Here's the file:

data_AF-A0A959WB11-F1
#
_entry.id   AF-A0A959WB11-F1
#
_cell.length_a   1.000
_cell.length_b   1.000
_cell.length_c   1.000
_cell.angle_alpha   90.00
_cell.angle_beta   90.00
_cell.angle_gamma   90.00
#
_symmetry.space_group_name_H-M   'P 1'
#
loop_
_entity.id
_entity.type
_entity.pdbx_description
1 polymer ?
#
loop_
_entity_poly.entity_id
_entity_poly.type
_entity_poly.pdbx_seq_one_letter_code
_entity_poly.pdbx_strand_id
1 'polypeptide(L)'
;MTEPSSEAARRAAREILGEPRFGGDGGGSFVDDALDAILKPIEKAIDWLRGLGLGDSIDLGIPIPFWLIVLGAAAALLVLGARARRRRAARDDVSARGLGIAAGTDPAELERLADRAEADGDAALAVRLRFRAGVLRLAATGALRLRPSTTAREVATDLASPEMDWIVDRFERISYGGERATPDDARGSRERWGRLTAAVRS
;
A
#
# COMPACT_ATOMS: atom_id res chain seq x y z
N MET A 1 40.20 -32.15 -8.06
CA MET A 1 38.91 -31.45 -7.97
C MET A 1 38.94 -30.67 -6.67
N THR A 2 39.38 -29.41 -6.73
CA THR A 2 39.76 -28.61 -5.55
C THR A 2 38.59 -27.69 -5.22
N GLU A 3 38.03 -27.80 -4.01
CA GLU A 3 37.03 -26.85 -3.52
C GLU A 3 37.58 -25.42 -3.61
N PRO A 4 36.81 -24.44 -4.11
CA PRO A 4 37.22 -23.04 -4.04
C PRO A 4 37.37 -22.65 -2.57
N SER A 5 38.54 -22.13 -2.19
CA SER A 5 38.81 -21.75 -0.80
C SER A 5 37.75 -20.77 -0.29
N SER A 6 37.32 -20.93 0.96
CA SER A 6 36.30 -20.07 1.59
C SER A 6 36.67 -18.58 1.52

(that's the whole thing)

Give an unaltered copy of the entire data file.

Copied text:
data_AF-A0A959WB11-F1
#
_entry.id   AF-A0A959WB11-F1
#
_cell.length_a   1.000
_cell.length_b   1.000
_cell.length_c   1.000
_cell.angle_alpha   90.00
_cell.angle_beta   90.00
_cell.angle_gamma   90.00
#
_symmetry.space_group_name_H-M   'P 1'
#
loop_
_entity.id
_entity.type
_entity.pdbx_description
1 polymer ?
#
loop_
_entity_poly.entity_id
_entity_poly.type
_entity_poly.pdbx_seq_one_letter_code
_entity_poly.pdbx_strand_id
1 'polypeptide(L)'
;MTEPSSEAARRAAREILGEPRFGGDGGGSFVDDALDAILKPIEKAIDWLRGLGLGDSIDLGIPIPFWLIVLGAAAALLVLGARARRRRAARDDVSARGLGIAAGTDPAELERLADRAEADGDAALAVRLRFRAGVLRLAATGALRLRPSTTAREVATDLASPEMDWIVDRFERISYGGERATPDDARGSRERWGRLTAAVRS
;
A
#
# COMPACT_ATOMS: atom_id res chain seq x y z
N MET A 1 40.20 -32.15 -8.06
CA MET A 1 38.91 -31.45 -7.97
C MET A 1 38.94 -30.67 -6.67
N THR A 2 39.38 -29.41 -6.73
CA THR A 2 39.76 -28.61 -5.55
C THR A 2 38.59 -27.69 -5.22
N GLU A 3 38.03 -27.80 -4.01
CA GLU A 3 37.03 -26.85 -3.52
C GLU A 3 37.58 -25.42 -3.61
N PRO A 4 36.81 -24.44 -4.11
CA PRO A 4 37.22 -23.04 -4.04
C PRO A 4 37.37 -22.65 -2.57
N SER A 5 38.54 -22.13 -2.19
CA SER A 5 38.81 -21.75 -0.80
C SER A 5 37.75 -20.77 -0.29
N SER A 6 37.32 -20.93 0.96
CA SER A 6 36.30 -20.07 1.59
C SER A 6 36.67 -18.58 1.52